Saturday, October 25, 2014
My buddy Ren is the first person who introduced me to Flight with Volume One - it seems like it must have been a million years ago but it was realistically more like five years. Flight isn't really supposed to be a themed compilation but it always ends up being mostly about, well, flight. It's full of wonderful interpretations of what flight means to many of the artists and is always made up of really spectacular art. Now that it's over I feel like I need to go out and get all of the volumes because every volume I've seen has been well worth the money.
“Encore” by Kostas Kiriakakis - this piece is done in an absolutely gorgeous painted style and has a touching, tear-jerking, uplifting story. A perfect way to start out the volume.
“Kenneth Shuri & the Wrong Kill” by JP Ahonen - a really adorable story about a ninja who got the wrong end of the stick and should probably consider a new career.
“Riddle” by Kyla Vanderklugt - The real riddle is to ask who the real monster is. This story is very, very cute and made me want to hug pretty much everyone in it.
“The Clockmaker's Daughter” by Corey Godbey - Oh, man, this is a really cool story about how people perpetuate their own problems. It's beautifully illustrated and sweet and sad and wonderful.
“Echoes” by Jason Caffoe - A letter home to Mom is illustrated and tells you much more about the narrator's life than his words do. There's a wistfulness here that is haunting.
“The Hollow Men” by Nicholas Kole - DUUUUUUUUDE. This is AMAZING. It's a fantastic snippet of the mythologies of this foreign world, brimming with magic and horror and acceptance and love.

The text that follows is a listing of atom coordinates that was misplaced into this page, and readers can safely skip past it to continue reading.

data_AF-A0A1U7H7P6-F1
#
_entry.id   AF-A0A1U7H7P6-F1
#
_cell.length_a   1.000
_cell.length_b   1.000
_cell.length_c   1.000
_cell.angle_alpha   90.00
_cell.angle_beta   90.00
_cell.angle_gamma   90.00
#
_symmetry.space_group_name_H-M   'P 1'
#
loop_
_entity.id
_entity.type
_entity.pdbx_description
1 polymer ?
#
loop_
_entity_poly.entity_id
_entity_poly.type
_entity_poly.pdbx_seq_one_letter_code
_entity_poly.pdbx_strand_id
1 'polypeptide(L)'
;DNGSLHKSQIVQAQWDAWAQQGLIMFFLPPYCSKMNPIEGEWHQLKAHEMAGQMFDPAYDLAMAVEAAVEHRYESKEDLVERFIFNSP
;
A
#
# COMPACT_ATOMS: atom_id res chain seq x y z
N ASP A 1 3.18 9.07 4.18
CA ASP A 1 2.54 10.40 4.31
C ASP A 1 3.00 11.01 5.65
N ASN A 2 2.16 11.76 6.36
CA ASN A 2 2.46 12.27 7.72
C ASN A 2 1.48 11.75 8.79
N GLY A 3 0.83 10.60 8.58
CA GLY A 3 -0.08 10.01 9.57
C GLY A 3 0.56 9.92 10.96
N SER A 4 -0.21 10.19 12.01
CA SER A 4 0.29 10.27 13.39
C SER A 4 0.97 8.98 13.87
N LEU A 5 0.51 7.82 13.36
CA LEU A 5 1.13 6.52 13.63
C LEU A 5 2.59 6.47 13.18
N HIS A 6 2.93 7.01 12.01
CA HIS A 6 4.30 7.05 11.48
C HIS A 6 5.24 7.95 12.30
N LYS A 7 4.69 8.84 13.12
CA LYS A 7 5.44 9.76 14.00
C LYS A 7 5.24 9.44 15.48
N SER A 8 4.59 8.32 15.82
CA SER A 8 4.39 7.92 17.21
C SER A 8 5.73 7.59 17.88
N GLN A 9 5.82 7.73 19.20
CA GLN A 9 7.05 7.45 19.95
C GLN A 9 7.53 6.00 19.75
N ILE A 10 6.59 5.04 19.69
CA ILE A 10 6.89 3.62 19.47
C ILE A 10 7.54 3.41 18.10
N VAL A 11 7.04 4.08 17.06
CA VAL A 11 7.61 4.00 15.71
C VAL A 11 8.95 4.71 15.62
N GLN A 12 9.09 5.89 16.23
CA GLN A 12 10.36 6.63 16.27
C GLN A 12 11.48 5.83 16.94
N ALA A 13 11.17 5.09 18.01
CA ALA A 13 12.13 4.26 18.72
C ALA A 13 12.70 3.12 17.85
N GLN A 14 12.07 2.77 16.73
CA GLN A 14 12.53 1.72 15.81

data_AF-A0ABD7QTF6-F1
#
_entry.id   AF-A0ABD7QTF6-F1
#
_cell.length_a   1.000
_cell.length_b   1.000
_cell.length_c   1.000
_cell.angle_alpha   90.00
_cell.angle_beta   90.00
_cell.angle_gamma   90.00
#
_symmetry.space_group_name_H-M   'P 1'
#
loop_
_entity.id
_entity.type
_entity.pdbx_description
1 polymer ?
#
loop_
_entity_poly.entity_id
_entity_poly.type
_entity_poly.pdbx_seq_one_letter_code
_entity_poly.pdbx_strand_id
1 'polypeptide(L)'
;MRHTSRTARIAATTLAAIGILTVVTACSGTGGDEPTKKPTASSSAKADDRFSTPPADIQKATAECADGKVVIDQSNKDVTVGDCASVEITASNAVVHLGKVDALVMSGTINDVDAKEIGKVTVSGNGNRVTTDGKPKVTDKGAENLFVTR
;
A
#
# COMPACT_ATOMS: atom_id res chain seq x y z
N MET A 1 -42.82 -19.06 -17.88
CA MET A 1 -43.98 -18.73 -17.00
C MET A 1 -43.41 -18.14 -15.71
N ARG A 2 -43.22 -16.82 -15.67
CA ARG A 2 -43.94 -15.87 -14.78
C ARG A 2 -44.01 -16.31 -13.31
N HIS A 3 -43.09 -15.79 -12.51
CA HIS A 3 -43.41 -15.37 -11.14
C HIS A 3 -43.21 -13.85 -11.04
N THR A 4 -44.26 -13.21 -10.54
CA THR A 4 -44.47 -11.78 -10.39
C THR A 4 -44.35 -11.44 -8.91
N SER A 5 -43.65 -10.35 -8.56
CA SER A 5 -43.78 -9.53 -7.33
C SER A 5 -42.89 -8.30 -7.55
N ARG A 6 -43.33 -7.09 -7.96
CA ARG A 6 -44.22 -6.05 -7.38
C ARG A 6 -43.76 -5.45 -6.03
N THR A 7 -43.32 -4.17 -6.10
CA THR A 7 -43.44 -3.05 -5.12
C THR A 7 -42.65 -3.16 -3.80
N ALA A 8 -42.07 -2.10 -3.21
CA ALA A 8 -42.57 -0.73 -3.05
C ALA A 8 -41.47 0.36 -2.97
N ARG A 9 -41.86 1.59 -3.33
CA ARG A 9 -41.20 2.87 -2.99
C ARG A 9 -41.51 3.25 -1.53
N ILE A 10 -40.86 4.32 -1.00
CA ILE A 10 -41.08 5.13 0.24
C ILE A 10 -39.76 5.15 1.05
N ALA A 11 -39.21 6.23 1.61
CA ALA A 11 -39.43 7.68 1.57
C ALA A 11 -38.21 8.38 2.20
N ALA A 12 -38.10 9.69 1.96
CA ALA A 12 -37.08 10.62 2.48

“The Gift” by Kazu Kibuishi - The art in this one is fairly simple and the story is kind of extremely creepy and I'm sort of freaked out by it and may have nightmares.
“The Black Fountain” by Tony Cliff - This is a delightfully creepy little fairytale about jealousy and redemption.
“The Collector” by Leland Myrick - I love the simple lineart and color here, and this is another story that makes me want to hug everyone (except the totally spoopy ghost). A simple story about morality and family.
“New Year's Day” by Sonny Liew - A nice little robot has to make his way home through a big and terrifying city after his owner accidentally leaves him at a New Year's Party.
“Buttons and Jim in What's Stopping the Gravy Train?” by Katie and Steven Shanahan - I'm not familiar with Buttons and Jim but the characters seem well established and interesting. The little universe that they end up exploring is adorable and also really funny in places.
“Jellaby: Who Needs Friends?” by Kean Soo -Very simple and effective art compliment the almost-too-cute (but still touching) story about friendship.
“Igloo Head and Tree Head in Accomplishments” by Scott Campbell - This was a bizarre and surprisingly long watercolor comic made up of strange characters in a strange land. The story is clear and occasionally very funny but the distracting art was just a bit confusing.
“Rematch!” by Dermot Walshe - a beautifully illustrated story about a rematch between the tortoise and the hare.
“Checkers” by Jake Parker - Awwwwwwww. Awwwwwwww. AAAAaaaaawwwwwwww. So damn cute! A little girl just wants to play checkers and finally finds someone to share a game with.
“Migration” by Der-shing Helmer - I'm a little surprised by how sad this story was; it's about the migration of the dinosaurs before the comet and the theme of home and homeland is touchingly explored here.
“Winged” by Grimaldi and Bannister - The real reason that we don't have hoverboards or flying Delorians is looked at here; it's because people are idiots and the world is unpredictable.
“Periwinkle in Try, Try Again” by Matthew S. Armstrong - I'm a sucker for penguins trying to fly and this short comic touches on all the sweet, silly, funny points that it needs to in order to be a perfect closer for this collection.
Kibushi, Kazu ed. Flight. Volume Eight. Villard. New York: New York. 2011.